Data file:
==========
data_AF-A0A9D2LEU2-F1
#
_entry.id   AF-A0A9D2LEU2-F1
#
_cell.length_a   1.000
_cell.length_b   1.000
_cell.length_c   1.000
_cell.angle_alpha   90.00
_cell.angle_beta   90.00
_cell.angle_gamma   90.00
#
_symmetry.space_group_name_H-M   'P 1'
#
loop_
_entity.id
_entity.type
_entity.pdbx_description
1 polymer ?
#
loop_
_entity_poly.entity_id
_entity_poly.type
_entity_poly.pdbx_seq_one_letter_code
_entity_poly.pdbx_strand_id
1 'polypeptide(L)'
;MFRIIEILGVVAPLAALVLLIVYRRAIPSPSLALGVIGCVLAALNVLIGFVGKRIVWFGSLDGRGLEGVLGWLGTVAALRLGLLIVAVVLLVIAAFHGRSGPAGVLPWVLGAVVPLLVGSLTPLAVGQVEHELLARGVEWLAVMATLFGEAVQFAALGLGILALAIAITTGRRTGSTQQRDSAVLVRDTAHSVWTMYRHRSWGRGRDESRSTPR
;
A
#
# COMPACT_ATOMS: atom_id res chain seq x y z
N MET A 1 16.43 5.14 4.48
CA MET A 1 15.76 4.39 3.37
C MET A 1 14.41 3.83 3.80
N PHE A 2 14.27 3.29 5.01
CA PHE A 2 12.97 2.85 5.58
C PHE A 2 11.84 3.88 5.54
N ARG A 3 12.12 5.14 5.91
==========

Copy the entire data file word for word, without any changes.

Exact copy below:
data_AF-A0A9D2LEU2-F1
#
_entry.id   AF-A0A9D2LEU2-F1
#
_cell.length_a   1.000
_cell.length_b   1.000
_cell.length_c   1.000
_cell.angle_alpha   90.00
_cell.angle_beta   90.00
_cell.angle_gamma   90.00
#
_symmetry.space_group_name_H-M   'P 1'
#
loop_
_entity.id
_entity.type
_entity.pdbx_description
1 polymer ?
#
loop_
_entity_poly.entity_id
_entity_poly.type
_entity_poly.pdbx_seq_one_letter_code
_entity_poly.pdbx_strand_id
1 'polypeptide(L)'
;MFRIIEILGVVAPLAALVLLIVYRRAIPSPSLALGVIGCVLAALNVLIGFVGKRIVWFGSLDGRGLEGVLGWLGTVAALRLGLLIVAVVLLVIAAFHGRSGPAGVLPWVLGAVVPLLVGSLTPLAVGQVEHELLARGVEWLAVMATLFGEAVQFAALGLGILALAIAITTGRRTGSTQQRDSAVLVRDTAHSVWTMYRHRSWGRGRDESRSTPR
;
A
#
# COMPACT_ATOMS: atom_id res chain seq x y z
N MET A 1 16.43 5.14 4.48
CA MET A 1 15.76 4.39 3.37
C MET A 1 14.41 3.83 3.80
N PHE A 2 14.27 3.29 5.01
CA PHE A 2 12.97 2.85 5.58
C PHE A 2 11.84 3.88 5.54
N ARG A 3 12.12 5.14 5.91